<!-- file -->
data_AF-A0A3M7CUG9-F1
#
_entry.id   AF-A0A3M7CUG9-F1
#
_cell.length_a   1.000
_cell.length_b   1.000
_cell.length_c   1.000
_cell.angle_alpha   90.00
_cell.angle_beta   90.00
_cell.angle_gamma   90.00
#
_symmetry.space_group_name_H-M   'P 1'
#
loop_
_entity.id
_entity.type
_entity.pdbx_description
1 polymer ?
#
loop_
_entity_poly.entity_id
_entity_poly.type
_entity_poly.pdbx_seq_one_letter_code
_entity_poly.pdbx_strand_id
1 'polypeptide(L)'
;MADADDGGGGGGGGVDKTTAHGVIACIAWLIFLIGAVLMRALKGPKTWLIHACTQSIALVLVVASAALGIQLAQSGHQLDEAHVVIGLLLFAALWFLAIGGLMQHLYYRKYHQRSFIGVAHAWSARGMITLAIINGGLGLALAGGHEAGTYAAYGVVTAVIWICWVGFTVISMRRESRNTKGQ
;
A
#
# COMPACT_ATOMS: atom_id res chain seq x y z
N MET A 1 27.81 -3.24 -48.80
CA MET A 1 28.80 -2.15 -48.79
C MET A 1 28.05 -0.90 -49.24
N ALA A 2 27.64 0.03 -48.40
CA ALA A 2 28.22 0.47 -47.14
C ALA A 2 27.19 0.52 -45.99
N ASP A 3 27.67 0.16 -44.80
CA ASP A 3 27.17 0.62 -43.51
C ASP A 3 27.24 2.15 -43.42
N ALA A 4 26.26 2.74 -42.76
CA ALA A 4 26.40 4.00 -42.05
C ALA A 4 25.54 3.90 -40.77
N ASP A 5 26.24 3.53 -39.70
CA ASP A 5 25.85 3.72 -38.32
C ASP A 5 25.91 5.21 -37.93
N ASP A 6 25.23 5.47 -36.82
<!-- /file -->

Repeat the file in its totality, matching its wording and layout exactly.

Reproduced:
data_AF-A0A3M7CUG9-F1
#
_entry.id   AF-A0A3M7CUG9-F1
#
_cell.length_a   1.000
_cell.length_b   1.000
_cell.length_c   1.000
_cell.angle_alpha   90.00
_cell.angle_beta   90.00
_cell.angle_gamma   90.00
#
_symmetry.space_group_name_H-M   'P 1'
#
loop_
_entity.id
_entity.type
_entity.pdbx_description
1 polymer ?
#
loop_
_entity_poly.entity_id
_entity_poly.type
_entity_poly.pdbx_seq_one_letter_code
_entity_poly.pdbx_strand_id
1 'polypeptide(L)'
;MADADDGGGGGGGGVDKTTAHGVIACIAWLIFLIGAVLMRALKGPKTWLIHACTQSIALVLVVASAALGIQLAQSGHQLDEAHVVIGLLLFAALWFLAIGGLMQHLYYRKYHQRSFIGVAHAWSARGMITLAIINGGLGLALAGGHEAGTYAAYGVVTAVIWICWVGFTVISMRRESRNTKGQ
;
A
#
# COMPACT_ATOMS: atom_id res chain seq x y z
N MET A 1 27.81 -3.24 -48.80
CA MET A 1 28.80 -2.15 -48.79
C MET A 1 28.05 -0.90 -49.24
N ALA A 2 27.64 0.03 -48.40
CA ALA A 2 28.22 0.47 -47.14
C ALA A 2 27.19 0.52 -45.99
N ASP A 3 27.67 0.16 -44.80
CA ASP A 3 27.17 0.62 -43.51
C ASP A 3 27.24 2.15 -43.42
N ALA A 4 26.26 2.74 -42.76
CA ALA A 4 26.40 4.00 -42.05
C ALA A 4 25.54 3.90 -40.77
N ASP A 5 26.24 3.53 -39.70
CA ASP A 5 25.85 3.72 -38.32
C ASP A 5 25.91 5.21 -37.93
N ASP A 6 25.23 5.47 -36.82